Kuszmaul discussed the situation with an assistant principal, convinced Atwell to calm down and negotiated an in-school suspension. The benefit was that Atwell wound up in a room at LHS where he was compelled to complete classroom assignments.

If he had been kicked out of school, it's highly unlikely he would have done any homework.

"It's helping me out," Atwell said. "I came in and we talked."

Measuring outcomes

For the first time, Bert Nash analysts generated a report that examined outcomes of the program among Lawrence high school students.

Tom Petrizzo, chief operating officer at Bert Nash, said 85 percent of students counseled by WRAP staff at LHS and Free State had no suspensions or discipline referrals or had a decrease in the number of these actions through the remainder of the 1998-99 academic year.

Fifteen percent of students served by WRAP showed an increase in suspensions and disciplinary actions over the year, he said.

Petrizzo said almost 70 percent of students receiving WRAP services had either no unexcused absences or showed an improvement in attendance over that school year.

Even a small reduction in these actions has a healthy impact on the quality of life in the school.

"The WRAP program has helped LHS become a better and more effective school," LHS Principal Dick Patterson said.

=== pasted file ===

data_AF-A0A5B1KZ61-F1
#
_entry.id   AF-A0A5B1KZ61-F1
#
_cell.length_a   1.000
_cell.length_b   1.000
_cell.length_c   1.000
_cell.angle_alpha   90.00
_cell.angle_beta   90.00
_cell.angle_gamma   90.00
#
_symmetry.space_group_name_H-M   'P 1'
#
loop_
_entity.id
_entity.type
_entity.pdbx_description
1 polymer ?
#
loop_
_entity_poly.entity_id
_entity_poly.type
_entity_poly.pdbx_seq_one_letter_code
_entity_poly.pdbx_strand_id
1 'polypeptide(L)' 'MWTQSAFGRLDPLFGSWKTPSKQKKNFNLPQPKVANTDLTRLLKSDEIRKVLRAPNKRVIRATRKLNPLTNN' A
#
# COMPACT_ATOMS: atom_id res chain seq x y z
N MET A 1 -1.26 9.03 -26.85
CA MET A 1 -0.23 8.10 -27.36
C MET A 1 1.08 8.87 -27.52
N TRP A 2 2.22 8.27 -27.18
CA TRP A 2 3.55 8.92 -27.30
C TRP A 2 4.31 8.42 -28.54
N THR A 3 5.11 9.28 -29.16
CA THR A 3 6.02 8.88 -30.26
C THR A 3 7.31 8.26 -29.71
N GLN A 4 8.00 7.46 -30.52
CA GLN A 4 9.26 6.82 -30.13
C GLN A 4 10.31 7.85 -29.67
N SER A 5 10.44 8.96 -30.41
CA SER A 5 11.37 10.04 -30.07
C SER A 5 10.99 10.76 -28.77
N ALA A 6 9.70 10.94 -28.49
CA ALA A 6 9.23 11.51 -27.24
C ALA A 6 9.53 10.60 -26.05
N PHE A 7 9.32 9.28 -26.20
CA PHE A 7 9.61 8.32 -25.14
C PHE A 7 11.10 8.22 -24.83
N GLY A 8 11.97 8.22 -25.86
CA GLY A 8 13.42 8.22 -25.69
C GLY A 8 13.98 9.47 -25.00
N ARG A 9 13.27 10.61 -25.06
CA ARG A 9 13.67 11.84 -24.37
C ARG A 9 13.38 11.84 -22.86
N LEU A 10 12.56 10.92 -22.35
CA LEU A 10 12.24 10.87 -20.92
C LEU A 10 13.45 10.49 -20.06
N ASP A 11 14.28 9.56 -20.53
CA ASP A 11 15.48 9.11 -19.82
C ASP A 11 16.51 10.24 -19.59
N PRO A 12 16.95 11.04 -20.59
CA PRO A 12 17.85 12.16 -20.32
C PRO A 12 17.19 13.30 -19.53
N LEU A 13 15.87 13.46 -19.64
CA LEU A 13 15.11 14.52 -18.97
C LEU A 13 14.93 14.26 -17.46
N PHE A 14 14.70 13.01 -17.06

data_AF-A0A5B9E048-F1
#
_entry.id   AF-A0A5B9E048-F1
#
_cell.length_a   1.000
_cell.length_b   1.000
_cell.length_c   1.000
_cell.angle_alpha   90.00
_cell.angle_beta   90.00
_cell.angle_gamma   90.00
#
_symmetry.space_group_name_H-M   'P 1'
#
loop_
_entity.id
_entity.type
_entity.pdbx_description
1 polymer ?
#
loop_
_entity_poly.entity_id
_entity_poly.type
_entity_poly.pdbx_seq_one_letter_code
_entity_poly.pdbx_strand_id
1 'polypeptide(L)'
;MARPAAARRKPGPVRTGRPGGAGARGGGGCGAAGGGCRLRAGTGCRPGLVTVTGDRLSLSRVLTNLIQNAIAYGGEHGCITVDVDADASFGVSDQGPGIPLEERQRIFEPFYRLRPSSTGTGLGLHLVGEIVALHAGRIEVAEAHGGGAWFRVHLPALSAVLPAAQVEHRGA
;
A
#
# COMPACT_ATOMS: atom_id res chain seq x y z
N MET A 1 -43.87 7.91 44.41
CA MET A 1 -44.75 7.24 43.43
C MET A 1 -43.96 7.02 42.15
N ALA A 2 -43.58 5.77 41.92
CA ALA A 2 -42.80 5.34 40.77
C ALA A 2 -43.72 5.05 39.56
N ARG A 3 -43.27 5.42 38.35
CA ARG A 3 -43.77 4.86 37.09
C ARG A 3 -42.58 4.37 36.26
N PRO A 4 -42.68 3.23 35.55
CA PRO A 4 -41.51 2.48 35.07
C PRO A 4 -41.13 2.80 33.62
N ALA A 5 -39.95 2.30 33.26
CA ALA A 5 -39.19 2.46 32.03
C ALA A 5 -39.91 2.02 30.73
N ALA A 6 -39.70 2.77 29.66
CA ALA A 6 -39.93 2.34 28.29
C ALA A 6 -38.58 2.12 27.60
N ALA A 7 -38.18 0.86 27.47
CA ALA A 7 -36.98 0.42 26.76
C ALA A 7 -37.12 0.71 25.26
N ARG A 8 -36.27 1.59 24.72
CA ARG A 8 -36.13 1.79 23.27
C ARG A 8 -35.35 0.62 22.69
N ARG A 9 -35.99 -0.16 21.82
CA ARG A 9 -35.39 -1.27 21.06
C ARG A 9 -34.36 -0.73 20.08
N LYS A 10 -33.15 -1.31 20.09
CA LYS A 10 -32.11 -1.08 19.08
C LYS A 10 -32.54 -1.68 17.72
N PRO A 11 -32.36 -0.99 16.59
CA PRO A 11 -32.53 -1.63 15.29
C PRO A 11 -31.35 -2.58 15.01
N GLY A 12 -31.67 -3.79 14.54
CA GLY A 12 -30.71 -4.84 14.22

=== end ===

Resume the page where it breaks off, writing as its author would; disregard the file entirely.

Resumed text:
Teacher Deb Engstrom said the program supported teachers struggling to meet the needs of individuals who disrupt class.

"The (WRAP) worker helps teachers to 'recognize alternative possibilities' as well as students," she said.

Money woes

Petrizzo said WRAP operating grants for the Lawrence district had or will soon expire.

An $85,000 grant from the Kansas Juvenile Justice Authority for high school WRAP activities ended in September 1999. The program stayed afloat with $97,000 from Douglas County Youth Services, the Lawrence school district and the city of Lawrence.

The $130,000 grant from the juvenile justice authority for non-high school programming will run out soon. To remain in operation into the summer, Petrizzo expects the program needs an infusion of $24,000.

In the long term, he said, local public officials will need to decide whether WRAP is worth saving.

"Is the community still invested in it enough? That is the key," Petrizzo said.

He said it could cost $250,000 annually to operate the program in Lawrence. He realizes the city, county and school district have their own budget challenges.

Lawrence school board member Leni Salkind said it was unclear whether WRAP could be preserved in its current form.

"Our funding is obviously not increasing a great deal in order to pick these programs up," Salkind said. The district could mine some cash if willing to "phase out some programs that maybe were not as successful," she said.

Kuszmaul, while chatting with Austin and Atwell outside his office at LHS, said there would be a ripple effect in the community if WRAP dropped off the radar screen.

Consider this:

  • Youth who quit school experience more unemployment, have lower earnings and are more likely to become young parents.
  • Juvenile violence an crime are more likely to occur during times when youth are unsupervised.
  • Early onset of delinquency and violence is predictive of more serious later violence.

"WRAP is the badly needed 'safety net' in the lives of these students," said Jan Gentry, a vice principal at LHS.

-- Tim Carpenter's phone message number is 832-7155. His e-mail address is tcarpenter@ljworld.com.